3) I think constantly having to make decisions and defend those decisions is exhausting. And I believe it’s worth having a moment of grace, if you will, to pause and realize that we are all fighting our own battles.

    Perhaps this all came for a place for me where as a somewhat strident feminist I find myself rather unsympathetic to women who choose to fall into traditional roles (but it’s their choice!) And I was trying to remind myself not to judge other women so harshly because those decisions and defense of decisions take a toll.

    But I disagree with you that you can choose whether to live in a world where your genitals define who you are or that you can live in a world where they have “no social, political or economic meaning.” The fact of the matter is that there are social and political institutions that constrain us, and beyond that there are physical issues that constrain us (for example breast feeding). I don’t think it’s as simple as you purport it to be.

    The other problem that I find is that feminism has mostly been focused on bending gender roles for women. This presents a problem when men still think they need to be the primary provider, or when men never think about changing their name, etc. I think that until men’s gender roles become more flexible (and yeah, I think that includes “silly” stuff like clothing) we’re never going to achieve anything close to gender parity.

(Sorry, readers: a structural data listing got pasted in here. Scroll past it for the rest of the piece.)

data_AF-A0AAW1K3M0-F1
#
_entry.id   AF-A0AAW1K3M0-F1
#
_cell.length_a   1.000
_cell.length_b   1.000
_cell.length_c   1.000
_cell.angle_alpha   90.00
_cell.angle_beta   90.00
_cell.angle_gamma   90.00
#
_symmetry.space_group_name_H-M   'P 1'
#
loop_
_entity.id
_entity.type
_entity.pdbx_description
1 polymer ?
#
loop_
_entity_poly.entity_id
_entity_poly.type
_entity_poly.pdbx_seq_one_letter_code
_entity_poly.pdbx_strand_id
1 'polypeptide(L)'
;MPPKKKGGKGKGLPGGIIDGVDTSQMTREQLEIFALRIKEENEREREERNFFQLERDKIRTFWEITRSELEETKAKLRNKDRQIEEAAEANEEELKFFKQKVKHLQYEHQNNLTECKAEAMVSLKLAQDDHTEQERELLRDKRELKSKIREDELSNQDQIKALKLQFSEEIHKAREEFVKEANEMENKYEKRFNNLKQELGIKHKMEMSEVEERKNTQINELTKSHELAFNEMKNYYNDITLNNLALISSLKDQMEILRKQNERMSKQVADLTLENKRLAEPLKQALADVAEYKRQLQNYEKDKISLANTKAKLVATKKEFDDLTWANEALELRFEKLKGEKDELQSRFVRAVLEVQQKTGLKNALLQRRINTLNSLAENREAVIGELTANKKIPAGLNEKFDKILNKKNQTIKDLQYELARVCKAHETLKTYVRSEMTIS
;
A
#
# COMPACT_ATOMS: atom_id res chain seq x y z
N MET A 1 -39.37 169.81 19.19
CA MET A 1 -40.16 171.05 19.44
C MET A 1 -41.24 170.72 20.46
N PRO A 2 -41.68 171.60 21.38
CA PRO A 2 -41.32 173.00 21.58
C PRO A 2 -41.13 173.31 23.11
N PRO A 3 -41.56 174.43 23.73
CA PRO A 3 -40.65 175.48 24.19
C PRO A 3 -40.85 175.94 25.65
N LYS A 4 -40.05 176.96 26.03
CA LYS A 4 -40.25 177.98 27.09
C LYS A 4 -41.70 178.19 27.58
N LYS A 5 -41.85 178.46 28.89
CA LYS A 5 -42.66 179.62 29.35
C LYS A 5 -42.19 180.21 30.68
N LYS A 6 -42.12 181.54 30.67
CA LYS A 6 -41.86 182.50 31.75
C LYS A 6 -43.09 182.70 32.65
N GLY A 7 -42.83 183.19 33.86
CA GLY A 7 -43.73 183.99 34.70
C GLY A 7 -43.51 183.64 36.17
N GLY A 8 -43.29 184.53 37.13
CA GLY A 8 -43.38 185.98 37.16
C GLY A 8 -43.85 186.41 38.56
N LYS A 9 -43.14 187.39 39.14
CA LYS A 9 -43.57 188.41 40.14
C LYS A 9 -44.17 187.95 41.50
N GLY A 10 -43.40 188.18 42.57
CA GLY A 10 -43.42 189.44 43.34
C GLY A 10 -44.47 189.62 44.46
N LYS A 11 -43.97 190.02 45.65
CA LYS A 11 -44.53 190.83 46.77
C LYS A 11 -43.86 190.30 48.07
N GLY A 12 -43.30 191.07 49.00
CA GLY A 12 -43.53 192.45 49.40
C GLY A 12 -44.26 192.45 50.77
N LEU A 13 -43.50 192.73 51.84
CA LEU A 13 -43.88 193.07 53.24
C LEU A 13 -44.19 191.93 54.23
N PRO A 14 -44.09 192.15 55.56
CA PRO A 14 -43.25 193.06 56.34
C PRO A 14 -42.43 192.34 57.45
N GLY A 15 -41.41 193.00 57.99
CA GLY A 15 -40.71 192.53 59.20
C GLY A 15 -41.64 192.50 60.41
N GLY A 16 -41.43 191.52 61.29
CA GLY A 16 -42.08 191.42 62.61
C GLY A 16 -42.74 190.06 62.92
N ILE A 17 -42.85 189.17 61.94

1. “why men do not, generally speaking, seem to be given the options (or think they have the options) to work or not work”

      -Because then we will have situations where nobody will want to work and just insist on being provided for. This is obviously not a feasible situation. 🙂

      “And I was trying to remind myself not to judge other women so harshly because those decisions and defense of decisions take a toll.”

      -I must be a lot more strident as a feminist than you are because I judge people for choosing such roles and don’t feel a bit apologetic for this at all. 🙂

      ” This presents a problem when men still think they need to be the primary provider, or when men never think about changing their name, etc. I think that until men’s gender roles become more flexible”

      -The future I imagine is one where no able-bodied adult is a kept toy of another able-bodied adult and nobody renounces their identity for the sake of somebody else’s.